Friday :: Jun 10, 2005

Alberto Gonzales Fiddles While Big Tobacco's Man Inside the Justice Department Destroys Racketeering Case Further


by Steve

Well, letís see what todayís outrage is from Bush buddy Associate Attorney General Robert McCallum, who is being allowed by Alberto Gonzales to eviscerate the governmentís case against Big Tobacco by reducing the damages sought in a racketeering case. Earlier in the week, McCallum surprised Big Tobacco and the federal judge in the case by tanking the settlement sought for childrenís anti-smoking programs, dropping the governmentís demand from $130 billion to only $10 billion against the advice of his own prosecutors and after McCallum told his own expert witnesses to change their testimony to go easier on Big Tobacco. Well today the Washington Post is reporting that McCallum now has surprised the judge and Big Tobacco attorneys again by dropping government demands that the settlement include funds to help current smokers quit smoking.

Not only is the Bush Administration throwing in the towel on current smokers and forgoing a chance to reduce health care costs by giving up on smoking cessation programs, but even Big Tobacco is now criticizing the governmentís topsy-turvy legal strategy. Worse yet, the government canít even tell Big Tobacco how many smokers this will affect.

In the surprising final day of an eight-month trial, the Justice Department's lead attorney said the government now wants tobacco companies to pay only for smoking cessation programs for an unspecified number of future smokers who may become addicted to cigarettes in the first year after the trial concludes.
On Tuesday, the government stunned anti-smoking activists and some industry lawyers by requesting that tobacco companies pay $10 billion for a smoking cessation program, rather than the $130 billion a government expert had testified was necessary to aid all current smokers. Yesterday, Associate Attorney General Robert D. McCallum Jr. said the government's last-minute penalty reduction came after it concluded it could seek funds to cover cessation programs only for people who become addicted to tobacco in the near future.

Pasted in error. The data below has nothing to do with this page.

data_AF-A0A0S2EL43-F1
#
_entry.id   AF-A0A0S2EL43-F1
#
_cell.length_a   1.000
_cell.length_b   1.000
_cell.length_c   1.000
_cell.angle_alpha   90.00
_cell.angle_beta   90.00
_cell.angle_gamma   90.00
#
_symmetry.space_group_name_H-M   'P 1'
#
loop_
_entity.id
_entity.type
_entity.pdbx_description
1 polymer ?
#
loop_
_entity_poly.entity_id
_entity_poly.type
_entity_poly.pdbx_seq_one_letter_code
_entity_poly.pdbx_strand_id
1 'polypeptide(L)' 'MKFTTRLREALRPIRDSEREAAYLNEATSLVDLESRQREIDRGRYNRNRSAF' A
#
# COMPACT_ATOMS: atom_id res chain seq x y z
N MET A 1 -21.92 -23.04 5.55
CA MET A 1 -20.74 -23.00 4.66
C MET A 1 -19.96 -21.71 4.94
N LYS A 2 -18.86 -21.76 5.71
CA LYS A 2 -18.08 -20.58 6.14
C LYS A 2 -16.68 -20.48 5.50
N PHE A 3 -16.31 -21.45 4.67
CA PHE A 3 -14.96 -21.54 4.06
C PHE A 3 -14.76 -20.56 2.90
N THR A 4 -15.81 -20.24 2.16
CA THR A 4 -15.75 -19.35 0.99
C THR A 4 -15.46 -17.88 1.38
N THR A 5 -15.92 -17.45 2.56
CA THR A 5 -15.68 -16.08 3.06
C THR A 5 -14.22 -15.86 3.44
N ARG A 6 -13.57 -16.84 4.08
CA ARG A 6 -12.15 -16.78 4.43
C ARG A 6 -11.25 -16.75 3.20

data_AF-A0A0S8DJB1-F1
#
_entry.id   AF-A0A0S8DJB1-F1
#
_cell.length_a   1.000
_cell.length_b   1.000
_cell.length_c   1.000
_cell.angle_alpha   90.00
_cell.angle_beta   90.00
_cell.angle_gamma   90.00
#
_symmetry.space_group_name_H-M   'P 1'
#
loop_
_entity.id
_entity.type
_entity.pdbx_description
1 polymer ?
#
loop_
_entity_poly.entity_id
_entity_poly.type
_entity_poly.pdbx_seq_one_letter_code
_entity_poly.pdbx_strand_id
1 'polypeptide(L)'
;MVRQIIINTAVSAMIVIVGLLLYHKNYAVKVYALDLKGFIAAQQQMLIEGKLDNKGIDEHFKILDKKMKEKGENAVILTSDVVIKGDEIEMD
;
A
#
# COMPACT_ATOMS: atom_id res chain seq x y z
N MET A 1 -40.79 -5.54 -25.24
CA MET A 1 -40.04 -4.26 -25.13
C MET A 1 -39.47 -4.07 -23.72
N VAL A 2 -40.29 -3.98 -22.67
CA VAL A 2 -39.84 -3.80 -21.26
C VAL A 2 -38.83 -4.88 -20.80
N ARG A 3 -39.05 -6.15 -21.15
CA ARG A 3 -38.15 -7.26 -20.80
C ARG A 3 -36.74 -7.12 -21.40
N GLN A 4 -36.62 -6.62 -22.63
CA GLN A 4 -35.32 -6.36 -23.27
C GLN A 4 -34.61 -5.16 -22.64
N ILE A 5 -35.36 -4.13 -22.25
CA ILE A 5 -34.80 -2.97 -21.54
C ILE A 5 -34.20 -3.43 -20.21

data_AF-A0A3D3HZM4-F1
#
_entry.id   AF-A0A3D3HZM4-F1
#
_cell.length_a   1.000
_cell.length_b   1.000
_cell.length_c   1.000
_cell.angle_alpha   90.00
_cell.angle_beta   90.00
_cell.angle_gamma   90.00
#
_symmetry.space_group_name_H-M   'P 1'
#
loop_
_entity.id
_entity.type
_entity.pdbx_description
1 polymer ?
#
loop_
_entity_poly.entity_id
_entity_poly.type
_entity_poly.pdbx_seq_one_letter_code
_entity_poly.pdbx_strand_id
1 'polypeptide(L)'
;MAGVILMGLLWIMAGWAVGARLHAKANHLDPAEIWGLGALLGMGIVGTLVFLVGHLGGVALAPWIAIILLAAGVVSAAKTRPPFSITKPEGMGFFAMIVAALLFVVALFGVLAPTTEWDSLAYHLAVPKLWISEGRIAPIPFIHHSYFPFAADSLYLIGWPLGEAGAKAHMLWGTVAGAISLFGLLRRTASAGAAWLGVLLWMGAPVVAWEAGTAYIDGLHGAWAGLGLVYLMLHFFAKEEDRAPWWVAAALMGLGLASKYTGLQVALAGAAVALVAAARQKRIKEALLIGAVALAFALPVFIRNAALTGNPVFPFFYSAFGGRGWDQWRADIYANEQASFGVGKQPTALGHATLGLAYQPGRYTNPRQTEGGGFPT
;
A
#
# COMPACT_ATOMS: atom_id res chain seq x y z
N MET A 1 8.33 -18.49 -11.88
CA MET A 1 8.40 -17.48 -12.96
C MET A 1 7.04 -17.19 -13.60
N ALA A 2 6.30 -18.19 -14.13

Anti-smoking activists and industry lawyers ridiculed the government's description of its new cessation proposal. They said Justice officials seemed unable to answer basic questions about how many people it would cover, how the government would verify which smokers became addicted in the first year and who would be barred from getting help.
"In 48 hours we've heard three different plans from the government about its proposed cessation program," said Philip Morris attorney Ted Wells. "And it's almost comical to listen to the government try to explain it."
Dan Webb, lead tobacco attorney in the case, complained to Kessler that the government is recommending changes in penalties for the industry "too late in the game." "The government keeps changing its remedies on a day-to-day basis," Webb said. "It's a moving target."
William V. Corr, executive director of the Campaign for Tobacco-Free Kids, said the last-minute changes suggest political interference by the Bush administration to soften the blow for the tobacco companies.
"It appears senior Justice officials decided on an amount of money and are now trying to justify that amount by describing a cessation program that doesn't make sense and won't work," Corr said. "They are changing the cessation program to protect the financial interests of the industry rather than 45 million addicted adults."
Several legal experts said the government's new theory is too generous to the industry, because it concedes legal points that might be successfully argued. Some sources involved in the case think the government is trying to settle it by proposing lower penalties that it hopes the tobacco industry might accept. Government spokesmen have declined to comment on whether it is trying to settle the case.

And while McCallum eviscerates the governmentís case in front of the judge and makes the Justice Department look inept, stupid, and politically beholden to Big Tobacco while not caring about current smokers or preventing teen smoking, Alberto Gonzales sits and does nothing. And neither does President Bush.

The federal government has spent millions and millions of dollars fighting this case over the last eight years, yet the Bush Administration appears to be intentionally undermining and destroying its own case. Rather than appealing the Court of Appeals decision that McCallum cites as the reason for scuttling his own case, the Administration has decided to discredit itself and its own prosecutors for the sake of paying back Big Tobacco for its generous support of Bush and the GOP. All this will ensure is that Judge Kessler will throw aside the administration's own requested settlement and impose her own penalty upon Big Tobacco, which due to McCallum's self-inflicted wounds upon the government's case will ensure an automatic appeal by Big Tobacco to the District Court of Appeal anyway. And while this is going on in court for the next several years, more and more kids will become addicted to smoking and more and more adults won't benefit from cessation programs funded by the industry that could reduce the health care costs to all of us.

But by then, Bush will happily be back on the ranch in Crawford after benefitting from the blood money he got from Big Tobacco.

Steve :: 8:18 AM :: Comments (4) :: TrackBack (2) :: Digg It!